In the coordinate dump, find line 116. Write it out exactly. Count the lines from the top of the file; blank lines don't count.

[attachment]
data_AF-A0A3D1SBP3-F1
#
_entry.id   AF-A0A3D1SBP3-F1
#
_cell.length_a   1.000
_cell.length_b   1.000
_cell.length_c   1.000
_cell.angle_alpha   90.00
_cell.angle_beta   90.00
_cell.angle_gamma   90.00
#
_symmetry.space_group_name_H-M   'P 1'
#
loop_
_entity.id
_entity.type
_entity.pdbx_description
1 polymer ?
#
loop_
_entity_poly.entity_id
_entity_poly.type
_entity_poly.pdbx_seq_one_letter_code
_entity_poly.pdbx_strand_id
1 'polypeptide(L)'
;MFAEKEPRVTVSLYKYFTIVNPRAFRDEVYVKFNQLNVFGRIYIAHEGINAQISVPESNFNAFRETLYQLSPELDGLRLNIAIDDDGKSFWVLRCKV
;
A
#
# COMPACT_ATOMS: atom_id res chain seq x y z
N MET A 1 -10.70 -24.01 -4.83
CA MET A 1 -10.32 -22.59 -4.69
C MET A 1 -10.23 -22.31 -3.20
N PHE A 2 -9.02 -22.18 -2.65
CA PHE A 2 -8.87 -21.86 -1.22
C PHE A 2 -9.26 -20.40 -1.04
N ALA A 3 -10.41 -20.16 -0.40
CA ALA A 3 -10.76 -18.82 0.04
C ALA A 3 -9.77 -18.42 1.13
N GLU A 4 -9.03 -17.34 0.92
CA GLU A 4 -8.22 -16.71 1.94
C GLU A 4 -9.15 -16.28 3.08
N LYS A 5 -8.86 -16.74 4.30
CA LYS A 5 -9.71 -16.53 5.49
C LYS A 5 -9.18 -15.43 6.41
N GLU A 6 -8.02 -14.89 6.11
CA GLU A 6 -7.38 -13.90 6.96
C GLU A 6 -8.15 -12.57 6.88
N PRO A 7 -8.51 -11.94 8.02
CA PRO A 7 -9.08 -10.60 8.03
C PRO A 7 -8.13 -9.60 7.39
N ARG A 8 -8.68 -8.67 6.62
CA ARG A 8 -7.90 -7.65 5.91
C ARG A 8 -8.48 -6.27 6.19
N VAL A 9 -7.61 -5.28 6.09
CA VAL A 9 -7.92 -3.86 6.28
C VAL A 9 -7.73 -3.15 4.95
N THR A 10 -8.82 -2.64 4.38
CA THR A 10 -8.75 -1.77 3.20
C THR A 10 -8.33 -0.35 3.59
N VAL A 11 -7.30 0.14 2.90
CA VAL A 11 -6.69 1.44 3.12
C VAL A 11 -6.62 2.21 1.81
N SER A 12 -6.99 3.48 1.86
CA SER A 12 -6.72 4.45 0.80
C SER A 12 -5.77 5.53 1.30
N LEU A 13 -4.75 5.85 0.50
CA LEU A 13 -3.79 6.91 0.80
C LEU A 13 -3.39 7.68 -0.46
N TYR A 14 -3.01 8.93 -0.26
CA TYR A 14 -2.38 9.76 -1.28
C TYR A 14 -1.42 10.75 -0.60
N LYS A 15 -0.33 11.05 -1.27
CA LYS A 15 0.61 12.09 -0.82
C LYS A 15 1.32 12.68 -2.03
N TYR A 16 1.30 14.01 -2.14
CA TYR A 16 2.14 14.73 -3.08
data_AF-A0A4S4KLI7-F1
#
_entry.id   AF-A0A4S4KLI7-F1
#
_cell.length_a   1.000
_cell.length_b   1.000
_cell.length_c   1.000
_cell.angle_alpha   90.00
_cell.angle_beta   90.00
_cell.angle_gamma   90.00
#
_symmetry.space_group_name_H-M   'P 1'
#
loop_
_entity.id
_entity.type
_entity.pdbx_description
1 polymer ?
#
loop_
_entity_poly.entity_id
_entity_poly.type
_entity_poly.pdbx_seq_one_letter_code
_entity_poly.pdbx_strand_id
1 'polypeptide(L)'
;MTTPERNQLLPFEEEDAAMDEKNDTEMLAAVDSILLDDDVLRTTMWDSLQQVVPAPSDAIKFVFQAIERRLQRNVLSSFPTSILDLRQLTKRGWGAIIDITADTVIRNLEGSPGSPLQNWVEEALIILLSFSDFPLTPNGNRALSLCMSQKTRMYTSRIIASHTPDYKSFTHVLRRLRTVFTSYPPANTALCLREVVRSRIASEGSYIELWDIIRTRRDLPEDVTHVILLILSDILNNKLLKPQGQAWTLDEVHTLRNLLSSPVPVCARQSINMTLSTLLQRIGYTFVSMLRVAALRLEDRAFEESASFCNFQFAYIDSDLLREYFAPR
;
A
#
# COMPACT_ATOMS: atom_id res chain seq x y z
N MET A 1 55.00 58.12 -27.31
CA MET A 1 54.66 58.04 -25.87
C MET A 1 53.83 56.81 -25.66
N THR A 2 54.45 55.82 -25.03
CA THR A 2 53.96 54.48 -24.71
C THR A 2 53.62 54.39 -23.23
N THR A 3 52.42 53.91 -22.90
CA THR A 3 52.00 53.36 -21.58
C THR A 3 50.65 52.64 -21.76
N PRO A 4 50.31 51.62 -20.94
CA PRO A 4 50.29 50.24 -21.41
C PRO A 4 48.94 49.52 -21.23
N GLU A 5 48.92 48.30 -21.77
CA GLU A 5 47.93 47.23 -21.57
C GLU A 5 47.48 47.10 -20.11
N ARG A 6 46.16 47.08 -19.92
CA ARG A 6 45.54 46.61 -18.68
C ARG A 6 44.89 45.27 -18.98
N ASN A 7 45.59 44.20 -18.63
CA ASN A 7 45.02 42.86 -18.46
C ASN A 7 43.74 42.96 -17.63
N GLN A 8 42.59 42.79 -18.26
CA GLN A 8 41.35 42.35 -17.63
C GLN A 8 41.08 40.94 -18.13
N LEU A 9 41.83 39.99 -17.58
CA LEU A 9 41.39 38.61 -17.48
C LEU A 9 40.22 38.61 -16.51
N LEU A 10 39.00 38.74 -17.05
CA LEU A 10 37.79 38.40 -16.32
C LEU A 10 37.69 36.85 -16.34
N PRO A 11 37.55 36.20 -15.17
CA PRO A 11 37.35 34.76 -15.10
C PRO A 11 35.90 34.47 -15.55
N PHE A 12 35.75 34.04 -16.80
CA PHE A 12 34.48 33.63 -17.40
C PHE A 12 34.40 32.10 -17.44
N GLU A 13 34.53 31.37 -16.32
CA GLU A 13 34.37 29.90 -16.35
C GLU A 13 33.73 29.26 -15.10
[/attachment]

C THR A 3 50.65 52.64 -21.76